On Friday, March 22, 1907, one hundred-ten years ago today, spectators crowded the school hall on the third floor of the “Old” Norwalk High School in Norwalk, Ohio for the school’s annual boys’ and girls’ intramural championship basketball games. In the boys’ match, the juniors defeated the sophomores 15 to 12 in what The Norwalk Daily Reflector described as the most exciting game ever played at the school. The match was hotly contested from the very beginning, and it was not until the final whistle that the Class of 1908 was assured of victory.

Who were the young athletes who won glory for their class and were borne triumphantly on the shoulders of their schoolmates around the hall? Newspaper accounts of the game reported the roster: Clifford Williams, Fred Harkness, Pitt Curtis, Walter Sutter, and Phil Fulstow. But those are just names. Who were they really? What did they look like, these young sporting heroes?

Well, I have good news–and I have bad news. Harriott Wickham, a member of the Norwalk High School Class of 1907 (and my grandmother), left in her papers a commemorative photo of those young champions. Unfortunately, unlike with every other photo I have from her, she did not record their names.

Anyway, here they are, decked out in their sporting garb.

NHS 1907 Champions

Seven young men posing solemnly for the camera–six in uniform, one in street clothes. Was the latter a player, or the coach. And what’s with the teddy bear perched on the basketball between his knees?

The rosters in the newspapers list five players, but in this photo there are six boys in uniform. I believe the additional boy in this photo is Leonard Delamater. On December 7, 1906, he played for the junior class in another intramural game, but for some reason, he did not play in the championship game.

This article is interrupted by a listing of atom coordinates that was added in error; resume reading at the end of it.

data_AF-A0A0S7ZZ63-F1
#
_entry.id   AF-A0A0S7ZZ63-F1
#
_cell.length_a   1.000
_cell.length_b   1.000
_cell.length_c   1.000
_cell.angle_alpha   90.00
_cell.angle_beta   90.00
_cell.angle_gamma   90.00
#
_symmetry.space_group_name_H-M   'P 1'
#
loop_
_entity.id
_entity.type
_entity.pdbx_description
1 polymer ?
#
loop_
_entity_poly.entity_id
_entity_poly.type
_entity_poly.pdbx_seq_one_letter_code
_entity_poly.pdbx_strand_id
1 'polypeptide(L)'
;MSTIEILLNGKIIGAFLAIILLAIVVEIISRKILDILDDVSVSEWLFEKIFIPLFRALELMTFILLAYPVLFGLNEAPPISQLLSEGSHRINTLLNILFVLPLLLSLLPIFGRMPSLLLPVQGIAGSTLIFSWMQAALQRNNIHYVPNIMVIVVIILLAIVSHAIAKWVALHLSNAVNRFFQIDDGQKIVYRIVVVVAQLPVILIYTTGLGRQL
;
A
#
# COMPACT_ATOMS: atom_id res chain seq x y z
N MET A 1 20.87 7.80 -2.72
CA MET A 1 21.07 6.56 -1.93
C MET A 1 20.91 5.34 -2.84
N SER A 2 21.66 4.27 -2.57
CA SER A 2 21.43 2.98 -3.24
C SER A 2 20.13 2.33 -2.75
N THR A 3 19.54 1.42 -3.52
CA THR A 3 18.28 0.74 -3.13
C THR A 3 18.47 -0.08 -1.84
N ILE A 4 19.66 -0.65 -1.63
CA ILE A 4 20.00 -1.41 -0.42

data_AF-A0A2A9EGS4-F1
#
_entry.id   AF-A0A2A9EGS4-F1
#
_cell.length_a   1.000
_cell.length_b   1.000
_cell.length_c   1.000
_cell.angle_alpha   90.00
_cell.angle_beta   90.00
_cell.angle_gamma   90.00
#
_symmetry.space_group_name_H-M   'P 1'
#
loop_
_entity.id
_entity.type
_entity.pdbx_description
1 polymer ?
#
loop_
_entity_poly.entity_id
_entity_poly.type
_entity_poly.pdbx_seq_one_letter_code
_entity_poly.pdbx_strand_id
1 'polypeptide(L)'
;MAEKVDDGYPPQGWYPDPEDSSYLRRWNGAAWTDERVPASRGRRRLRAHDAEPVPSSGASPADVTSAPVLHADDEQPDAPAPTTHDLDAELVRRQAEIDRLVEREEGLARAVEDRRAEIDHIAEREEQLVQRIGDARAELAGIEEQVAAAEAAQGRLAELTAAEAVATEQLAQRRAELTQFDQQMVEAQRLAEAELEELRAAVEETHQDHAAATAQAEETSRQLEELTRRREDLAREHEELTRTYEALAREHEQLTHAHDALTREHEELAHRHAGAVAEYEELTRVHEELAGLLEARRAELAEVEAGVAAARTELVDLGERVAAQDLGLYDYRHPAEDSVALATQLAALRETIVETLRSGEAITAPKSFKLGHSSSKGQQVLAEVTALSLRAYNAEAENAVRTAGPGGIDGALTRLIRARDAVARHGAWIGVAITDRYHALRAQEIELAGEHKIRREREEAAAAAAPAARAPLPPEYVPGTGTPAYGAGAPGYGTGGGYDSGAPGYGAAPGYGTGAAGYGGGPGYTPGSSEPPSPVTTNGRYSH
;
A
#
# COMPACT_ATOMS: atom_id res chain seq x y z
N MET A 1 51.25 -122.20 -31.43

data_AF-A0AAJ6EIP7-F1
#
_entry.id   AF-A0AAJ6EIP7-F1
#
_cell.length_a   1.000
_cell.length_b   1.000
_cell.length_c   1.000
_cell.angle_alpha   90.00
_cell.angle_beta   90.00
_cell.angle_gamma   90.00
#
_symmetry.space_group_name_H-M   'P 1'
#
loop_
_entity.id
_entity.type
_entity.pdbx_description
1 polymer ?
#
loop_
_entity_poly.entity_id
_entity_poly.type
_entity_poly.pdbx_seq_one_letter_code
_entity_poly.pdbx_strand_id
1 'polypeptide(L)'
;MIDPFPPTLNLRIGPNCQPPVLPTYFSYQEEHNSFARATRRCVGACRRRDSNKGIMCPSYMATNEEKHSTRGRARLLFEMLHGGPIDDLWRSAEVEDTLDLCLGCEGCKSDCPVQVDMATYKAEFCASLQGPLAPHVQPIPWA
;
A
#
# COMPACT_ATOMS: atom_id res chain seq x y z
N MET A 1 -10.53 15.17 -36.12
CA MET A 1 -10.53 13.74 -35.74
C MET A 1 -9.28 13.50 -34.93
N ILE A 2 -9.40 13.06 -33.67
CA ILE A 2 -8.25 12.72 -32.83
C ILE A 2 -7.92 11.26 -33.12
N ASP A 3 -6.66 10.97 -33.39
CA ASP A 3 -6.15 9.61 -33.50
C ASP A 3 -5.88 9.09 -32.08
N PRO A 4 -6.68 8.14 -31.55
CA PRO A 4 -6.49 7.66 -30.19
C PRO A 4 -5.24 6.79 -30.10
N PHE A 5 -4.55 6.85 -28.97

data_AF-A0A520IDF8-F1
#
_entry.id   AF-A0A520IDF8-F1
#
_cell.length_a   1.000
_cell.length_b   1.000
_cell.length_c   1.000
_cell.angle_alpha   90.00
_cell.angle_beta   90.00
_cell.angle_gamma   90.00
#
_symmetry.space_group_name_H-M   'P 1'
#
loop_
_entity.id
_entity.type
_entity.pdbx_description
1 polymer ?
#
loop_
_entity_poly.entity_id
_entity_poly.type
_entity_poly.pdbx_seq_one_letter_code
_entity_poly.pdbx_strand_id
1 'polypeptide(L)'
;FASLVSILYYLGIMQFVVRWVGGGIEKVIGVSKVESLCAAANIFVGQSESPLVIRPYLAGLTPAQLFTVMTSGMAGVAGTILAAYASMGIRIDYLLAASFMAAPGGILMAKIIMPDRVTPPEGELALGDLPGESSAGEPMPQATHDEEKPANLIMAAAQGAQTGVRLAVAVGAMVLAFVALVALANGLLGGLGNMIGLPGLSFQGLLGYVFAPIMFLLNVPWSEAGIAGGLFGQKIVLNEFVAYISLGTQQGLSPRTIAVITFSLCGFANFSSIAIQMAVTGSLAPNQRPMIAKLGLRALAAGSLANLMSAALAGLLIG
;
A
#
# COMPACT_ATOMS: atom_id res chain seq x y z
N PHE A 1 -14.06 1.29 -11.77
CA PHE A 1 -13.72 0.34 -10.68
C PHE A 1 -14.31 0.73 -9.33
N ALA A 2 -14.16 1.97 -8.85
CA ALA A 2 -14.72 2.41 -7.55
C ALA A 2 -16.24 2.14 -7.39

I’ve searched the internet and genealogical sources for photos of these boys. Nothing there. However, when I looked back through Harriott Wickham’s papers, I found this photo of her and several of her friends. Fortunately, in this instance, she did record their names for posterity.

Friends - Lucy Rule, Me, Sara B. Sophie Harkness, Walter, Leonard Delamater, Fred Harkness

Front row: Lucy Rule, Harriott Wickham, Sarah Barnett, Sophie Harkness. Back row: Walter ? , Leonard Delamater, Fred Harkness

So, now we know how Leonard Delamater and Fred Harkness looked. Comparing their faces with those of the boys on the basketball team, I believe Leonard is sitting on the far left in the team photo, and Fred is standing behind him, second from left.

It’s a puzzle. But I do like a good mystery.

What do you think? Leave a comment below letting me know if you agree with me–or not–about Fred and Leonard. Also, if you have any idea of the identity of the other boys in the team photo, I’d really love to hear about it.

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The same evening the junior boys’ team defeated the sophomores, the senior girls representing the Class of 1907 defeated the freshman girls. We’ll get to that game in a couple days, but first, in my next post, we will see how the boy’s regular team fared when they played the Sandusky High School squad on Saturday, March 23, 1907 in the last extramural game of the season.

Sources:

“Senior Girls and Junior Boys are Champions,” The Norwalk Daily Reflector, March 23, 1907, page 1, column 3.

“Decides Basketball Superiority,” The Norwalk Evening Herald, March 23, 1907, page 4, column 3.